Before I started travelling in Africa, I always thought of Kenya as THE safari capital of the world. I don’t know how true this is or not, but a quick Google tells me I’m not alone in thinking that. Perhaps it is the proximity of the parks to the capital, or maybe the fact that there are direct flights to Nairobi from London that make it much more accessible than other countries. But whatever the reason, Kenya has always been synonymous with safaris for me. Despite this, I still can’t make up my mind as to which is best: Kenya or Tanzania!

Zebras at dusk - Kenya Safari
Stock photo from Canva

Pros of a Kenyan Safari

Easy to get to

Of all three destinations, Kenya was the easiest to get to from London, with a direct flight with BA from London Heathrow. To go to Uganda, we had to travel via Dubai, and to get to Tanzania, I have been via Istanbul, Doha, and Ethiopia! Being able to access Kenya within 7 hours is a huge plus for me!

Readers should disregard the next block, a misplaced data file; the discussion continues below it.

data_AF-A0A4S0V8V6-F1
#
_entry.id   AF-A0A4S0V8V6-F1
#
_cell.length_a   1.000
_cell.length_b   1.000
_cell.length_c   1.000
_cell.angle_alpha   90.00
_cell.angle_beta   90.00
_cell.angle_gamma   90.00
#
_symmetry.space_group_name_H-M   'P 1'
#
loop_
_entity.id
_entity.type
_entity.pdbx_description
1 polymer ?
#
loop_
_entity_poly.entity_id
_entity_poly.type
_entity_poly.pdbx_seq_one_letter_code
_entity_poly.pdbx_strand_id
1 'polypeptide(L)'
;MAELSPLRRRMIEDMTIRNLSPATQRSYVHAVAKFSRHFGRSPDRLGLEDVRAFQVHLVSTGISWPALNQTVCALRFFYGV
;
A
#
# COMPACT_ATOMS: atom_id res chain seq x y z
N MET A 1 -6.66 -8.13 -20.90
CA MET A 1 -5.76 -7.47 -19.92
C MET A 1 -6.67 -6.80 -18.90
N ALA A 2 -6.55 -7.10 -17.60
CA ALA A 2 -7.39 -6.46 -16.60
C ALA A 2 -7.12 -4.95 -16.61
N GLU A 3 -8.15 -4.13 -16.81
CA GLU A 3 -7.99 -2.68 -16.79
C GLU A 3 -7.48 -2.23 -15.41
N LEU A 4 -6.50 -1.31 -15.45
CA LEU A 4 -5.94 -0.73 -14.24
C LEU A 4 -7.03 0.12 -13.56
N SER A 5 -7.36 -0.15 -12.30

I visited Kenya on a group tour, which always brings the cost down. However, when I have looked into private tours in Kenya, these do appear to be more affordable than in both Tanzania and Uganda. Kenya is the wealthiest country of the three and therefore has better infrastructure. This attracts more tourists (500,000 more visitors each year than Tanzania), which in turn brings about more competition, more availability of good quality accommodation, and lower prices.

Nairobi National Park

Nairobi is the only capital city in the world that has a National Park within its city limits. I wasn’t expecting much from Nairobi National Park. Maybe a glorified city park? I could not have been more wrong! The first animal we spotted during our game drive was a Black Rhino, one of the hardest to spot and most endangered species in the world! Not long after, we spotted a White Rhino crossing the track with its baby! Rhinos are the one animals that have eluded me during my safaris, so to get to see them in the wild with a cityscape as a backdrop was somewhat surreal!